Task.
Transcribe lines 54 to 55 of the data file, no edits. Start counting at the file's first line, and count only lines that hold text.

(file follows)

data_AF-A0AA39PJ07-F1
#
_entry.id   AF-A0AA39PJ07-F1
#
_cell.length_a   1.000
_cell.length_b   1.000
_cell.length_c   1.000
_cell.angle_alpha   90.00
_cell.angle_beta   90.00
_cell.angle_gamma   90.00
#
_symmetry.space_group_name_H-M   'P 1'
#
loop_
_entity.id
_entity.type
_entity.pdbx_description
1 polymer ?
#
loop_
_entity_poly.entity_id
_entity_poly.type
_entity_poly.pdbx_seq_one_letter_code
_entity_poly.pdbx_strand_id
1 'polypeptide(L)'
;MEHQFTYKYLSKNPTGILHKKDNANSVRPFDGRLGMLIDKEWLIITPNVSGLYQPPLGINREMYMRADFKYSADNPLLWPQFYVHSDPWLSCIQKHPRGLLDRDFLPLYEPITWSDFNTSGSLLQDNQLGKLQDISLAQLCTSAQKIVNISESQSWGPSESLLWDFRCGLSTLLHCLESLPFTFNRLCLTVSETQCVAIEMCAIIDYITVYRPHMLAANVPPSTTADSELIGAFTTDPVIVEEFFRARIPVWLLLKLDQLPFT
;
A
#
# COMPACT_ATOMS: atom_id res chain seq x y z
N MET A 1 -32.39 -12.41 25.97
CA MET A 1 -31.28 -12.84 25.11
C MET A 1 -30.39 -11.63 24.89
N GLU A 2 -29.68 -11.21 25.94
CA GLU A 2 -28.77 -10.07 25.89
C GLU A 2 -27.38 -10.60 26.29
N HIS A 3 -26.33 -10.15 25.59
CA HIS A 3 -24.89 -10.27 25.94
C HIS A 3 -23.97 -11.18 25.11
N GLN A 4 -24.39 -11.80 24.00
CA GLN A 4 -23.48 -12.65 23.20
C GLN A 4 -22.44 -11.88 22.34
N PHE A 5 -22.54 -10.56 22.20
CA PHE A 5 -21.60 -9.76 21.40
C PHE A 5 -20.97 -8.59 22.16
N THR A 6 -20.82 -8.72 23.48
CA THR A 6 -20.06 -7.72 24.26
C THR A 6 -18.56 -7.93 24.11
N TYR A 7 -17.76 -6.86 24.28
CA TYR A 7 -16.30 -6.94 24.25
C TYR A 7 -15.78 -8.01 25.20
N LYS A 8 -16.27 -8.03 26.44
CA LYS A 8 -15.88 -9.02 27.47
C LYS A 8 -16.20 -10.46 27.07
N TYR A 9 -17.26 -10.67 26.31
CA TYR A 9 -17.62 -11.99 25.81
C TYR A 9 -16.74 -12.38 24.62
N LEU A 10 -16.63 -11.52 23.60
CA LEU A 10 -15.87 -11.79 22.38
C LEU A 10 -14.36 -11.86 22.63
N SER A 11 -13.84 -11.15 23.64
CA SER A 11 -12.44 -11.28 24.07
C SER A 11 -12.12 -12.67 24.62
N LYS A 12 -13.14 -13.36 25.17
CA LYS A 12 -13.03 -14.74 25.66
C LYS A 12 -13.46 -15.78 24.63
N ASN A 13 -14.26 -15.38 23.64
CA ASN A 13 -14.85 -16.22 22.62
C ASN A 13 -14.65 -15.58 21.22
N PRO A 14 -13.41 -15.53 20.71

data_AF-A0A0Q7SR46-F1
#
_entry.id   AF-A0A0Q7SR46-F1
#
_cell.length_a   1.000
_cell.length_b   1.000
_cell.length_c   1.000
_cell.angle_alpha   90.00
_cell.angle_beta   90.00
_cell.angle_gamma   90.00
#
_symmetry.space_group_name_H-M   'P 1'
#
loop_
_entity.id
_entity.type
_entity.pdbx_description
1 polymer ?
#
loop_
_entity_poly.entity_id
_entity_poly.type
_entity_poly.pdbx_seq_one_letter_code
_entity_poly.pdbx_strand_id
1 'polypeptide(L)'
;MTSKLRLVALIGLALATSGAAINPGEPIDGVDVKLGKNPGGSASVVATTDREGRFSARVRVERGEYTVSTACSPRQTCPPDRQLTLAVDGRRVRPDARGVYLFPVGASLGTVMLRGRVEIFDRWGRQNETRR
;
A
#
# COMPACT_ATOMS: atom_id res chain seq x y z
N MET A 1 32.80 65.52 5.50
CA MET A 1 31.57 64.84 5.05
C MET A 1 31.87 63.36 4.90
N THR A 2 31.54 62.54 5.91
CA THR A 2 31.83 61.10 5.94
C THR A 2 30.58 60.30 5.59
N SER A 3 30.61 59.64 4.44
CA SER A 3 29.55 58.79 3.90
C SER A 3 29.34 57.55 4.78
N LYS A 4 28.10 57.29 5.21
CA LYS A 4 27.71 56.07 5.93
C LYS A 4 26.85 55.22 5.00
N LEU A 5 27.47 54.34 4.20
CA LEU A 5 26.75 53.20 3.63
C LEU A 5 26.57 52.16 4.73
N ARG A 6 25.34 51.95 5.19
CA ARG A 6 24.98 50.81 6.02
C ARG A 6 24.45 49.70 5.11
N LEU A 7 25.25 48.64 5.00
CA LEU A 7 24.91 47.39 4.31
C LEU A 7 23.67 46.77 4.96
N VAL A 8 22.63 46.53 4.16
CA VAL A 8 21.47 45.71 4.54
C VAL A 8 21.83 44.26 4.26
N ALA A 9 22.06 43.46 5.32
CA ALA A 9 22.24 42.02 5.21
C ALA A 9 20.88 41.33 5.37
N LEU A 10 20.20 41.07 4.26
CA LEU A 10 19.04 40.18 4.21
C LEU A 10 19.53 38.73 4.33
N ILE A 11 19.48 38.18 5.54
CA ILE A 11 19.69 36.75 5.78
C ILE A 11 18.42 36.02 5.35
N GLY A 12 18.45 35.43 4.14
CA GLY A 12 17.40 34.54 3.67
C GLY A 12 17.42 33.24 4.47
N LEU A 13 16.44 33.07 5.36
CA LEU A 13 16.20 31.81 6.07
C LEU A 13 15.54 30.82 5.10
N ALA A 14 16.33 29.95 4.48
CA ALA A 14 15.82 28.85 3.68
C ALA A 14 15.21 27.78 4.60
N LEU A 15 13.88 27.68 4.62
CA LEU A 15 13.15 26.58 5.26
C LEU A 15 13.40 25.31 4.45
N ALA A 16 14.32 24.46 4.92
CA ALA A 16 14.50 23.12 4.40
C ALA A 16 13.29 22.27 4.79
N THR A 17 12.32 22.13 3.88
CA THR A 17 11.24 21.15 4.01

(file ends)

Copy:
C LYS A 8 -16.20 -10.46 27.07
N TYR A 9 -17.26 -10.67 26.31